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Regularising milk & dairy business: amendment to laws needed to save people from intake of bacteria




  • Considering the health hazards of loose milk, amendment to food laws of Pakistan regarding sale of milk by minimum pasteurisation law across Pakistan, is urgently needed to save people from intake of possible bacteria as all types of milk and dairy products have the potential to transmit pathogenic (disease-causing) organisms to human beings, according to stakeholders here. 

    Although so far, there is no legal framework in place, which could regularise the milk and dairy business, it is important that commercial pasteurisation of milk prior to sales be implemented. Pakistan, they said is world’s fourth largest milk producing country with the estimated annual production of 33 billion litres and dairy and livestock sectors contribute about 11 percent to the GDP of Pakistan. 

    Overall, the contribution of dairy sector to the national economy is of approximately Rs 540 billion with 93% as informal non-documented economic activity which is expected to grow further. Milk produced in Pakistan is of good quality and the country has the potential to export it to the neighbouring countries and the Gulf region. However, milk, if not handled carefully, could carry bacteria and provide favourable conditions for bacteria and other micro-organisms to multiply. Bacteria, in fresh milk, from a healthy animal could be beneficial but possibilities of disease carrying animals cannot be ruled out. Rapid changes in the health of an animal, or the milk handler, or contaminants from polluted water, dirt, manure, vermin, air, cuts, and wounds could make raw milk potentially dangerous if consumed directly, they said. 

    All types of milk and dairy products have the potential to transmit pathogenic (disease-causing) organisms to humans. The nutritional components that make milk and milk products an important part of the human diet also support the growth of the organisms. Pathogens present in milk (Salmonella, Listeria Monocytogenes, Campylobacter and E.coli etc) transmit tuberculosis, brucellosis, diphtheria, scarlet fever, and Q-fever (a mild disease characterised by high fever, chills, and muscular pains) to humans. 

    Stakeholders said, these organisms could enter the milk supply during the milking process when equipment used in milking, transporting, and storing raw milk is not properly cleaned and sanitised. Presence of microbes in raw milk will significantly affect the quality of milk and nutritional composition. Microbes convert lactose into lactic acid, which drops the potential of Hydrogen (pH) of milk, denatures proteins and has a bad impact on the taste as well. According to them, pasteurisation destroys most disease-producing organisms as pasteurisation process heats milk to 75 degrees centigrade for 15-25 seconds, inactivating or killing organisms that grow rapidly in milk, hence preserving milk for a longer period of time and safer for human consumption.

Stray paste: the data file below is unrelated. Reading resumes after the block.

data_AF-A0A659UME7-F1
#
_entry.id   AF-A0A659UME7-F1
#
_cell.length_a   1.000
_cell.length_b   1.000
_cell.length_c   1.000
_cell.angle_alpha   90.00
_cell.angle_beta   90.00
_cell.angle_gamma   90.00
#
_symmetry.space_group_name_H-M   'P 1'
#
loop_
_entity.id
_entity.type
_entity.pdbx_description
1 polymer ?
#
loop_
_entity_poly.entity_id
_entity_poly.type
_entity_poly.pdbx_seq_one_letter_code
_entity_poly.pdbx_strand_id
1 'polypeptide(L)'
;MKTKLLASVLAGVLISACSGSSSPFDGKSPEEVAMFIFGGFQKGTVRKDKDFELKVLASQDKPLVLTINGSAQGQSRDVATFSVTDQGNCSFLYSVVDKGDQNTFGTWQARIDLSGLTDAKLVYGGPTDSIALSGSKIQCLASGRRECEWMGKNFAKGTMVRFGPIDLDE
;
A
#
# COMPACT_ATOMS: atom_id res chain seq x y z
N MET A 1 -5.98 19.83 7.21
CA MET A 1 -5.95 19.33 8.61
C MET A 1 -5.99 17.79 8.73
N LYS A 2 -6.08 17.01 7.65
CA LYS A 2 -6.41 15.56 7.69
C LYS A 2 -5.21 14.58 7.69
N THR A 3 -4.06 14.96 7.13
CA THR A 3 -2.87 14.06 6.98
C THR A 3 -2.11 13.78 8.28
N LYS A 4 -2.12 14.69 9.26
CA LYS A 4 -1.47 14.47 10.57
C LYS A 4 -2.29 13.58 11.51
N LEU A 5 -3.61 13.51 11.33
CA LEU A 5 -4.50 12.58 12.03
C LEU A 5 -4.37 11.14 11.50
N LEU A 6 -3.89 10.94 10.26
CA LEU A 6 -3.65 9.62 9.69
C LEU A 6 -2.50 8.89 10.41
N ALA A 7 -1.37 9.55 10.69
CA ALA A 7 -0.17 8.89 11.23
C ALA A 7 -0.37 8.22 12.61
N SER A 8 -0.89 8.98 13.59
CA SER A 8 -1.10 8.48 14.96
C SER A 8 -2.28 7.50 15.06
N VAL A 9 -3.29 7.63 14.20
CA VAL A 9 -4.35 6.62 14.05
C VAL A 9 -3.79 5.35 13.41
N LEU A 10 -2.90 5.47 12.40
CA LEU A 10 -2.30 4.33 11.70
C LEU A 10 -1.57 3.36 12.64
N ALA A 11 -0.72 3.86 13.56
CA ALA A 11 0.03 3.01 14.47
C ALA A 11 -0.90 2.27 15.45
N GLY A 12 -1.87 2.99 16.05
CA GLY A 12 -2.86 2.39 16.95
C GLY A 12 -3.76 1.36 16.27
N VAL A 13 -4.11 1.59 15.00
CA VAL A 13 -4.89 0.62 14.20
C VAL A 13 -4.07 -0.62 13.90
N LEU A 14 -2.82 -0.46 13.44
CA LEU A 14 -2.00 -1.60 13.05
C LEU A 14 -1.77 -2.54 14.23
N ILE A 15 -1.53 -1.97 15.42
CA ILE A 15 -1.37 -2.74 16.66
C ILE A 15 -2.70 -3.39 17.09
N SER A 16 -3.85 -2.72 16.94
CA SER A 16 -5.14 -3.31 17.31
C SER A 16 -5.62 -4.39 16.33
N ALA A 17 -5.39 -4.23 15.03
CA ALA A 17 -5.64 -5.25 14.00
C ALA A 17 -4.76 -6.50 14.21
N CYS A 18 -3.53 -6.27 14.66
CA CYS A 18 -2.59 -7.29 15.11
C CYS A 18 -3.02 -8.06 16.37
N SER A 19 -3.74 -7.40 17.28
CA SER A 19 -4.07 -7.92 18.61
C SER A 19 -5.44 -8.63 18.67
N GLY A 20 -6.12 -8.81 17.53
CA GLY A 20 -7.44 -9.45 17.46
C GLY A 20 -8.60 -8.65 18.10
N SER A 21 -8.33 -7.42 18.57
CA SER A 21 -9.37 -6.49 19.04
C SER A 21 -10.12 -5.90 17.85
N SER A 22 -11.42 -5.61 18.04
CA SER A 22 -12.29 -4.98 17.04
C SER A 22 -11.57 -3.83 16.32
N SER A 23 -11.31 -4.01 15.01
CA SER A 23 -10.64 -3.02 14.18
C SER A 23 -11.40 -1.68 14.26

Generally, in an average Pakistani household, milk is boiled in open pans at home to kill pathogenic bacteria. This technique kills the pathogens but have adverse effect on nutrition composition. Protein denaturing also occurs excessively in open pan boiling as milk boils at around 100 degree centigrade and when protein starts to denature at 65 degree centigrade, boiling of milk loses three to four percent Thiamin, 5 percent vitamin E and around 10 percent of Biotin during the heating process. 

    Pasteurisation is a process of heating milk to a specific temperature for a predefined length of time and then cooling it after removing from heat. Pasteurisation increases milk safety for the consumer by destroying disease-causing micro-organisms (pathogens) that may be present in milk. It also maintains the quality of milk products by destroying spoilage micro-organisms and enzymes that contributes to the reduced quality and shelf life of milk.

    Stakeholders expressed confidence that proper pasteurisation and handling could greatly increase the storage life of milk and will inactivate certain enzymes responsible for spoilage. Dairy industry needs government’s support to reach its true potential and to pave the way to food security. In most developed countries (EU, UK, USA, Canada etc), minimum pasteurised requirements for milk products are based on regulations outlined in the Grade A Pasteurised Milk Ordinance (PMO). 

    It is also very important to set up a legal framework by introduction of minimum pasteurisation law for milk sale (even for open market) to ensure consumer protection and encourage fair trade practices. Bringing loose milk under the ambit of law is another important step that needs to be taken. More investment in infrastructure and greater focus on corporate dairy farming with better dairy farming practices are also the need of the hour as it is through the formal dairy sector that productivity and yield per cow could be increased and rural development take place. 

    Copyright Business Recorder, 2013

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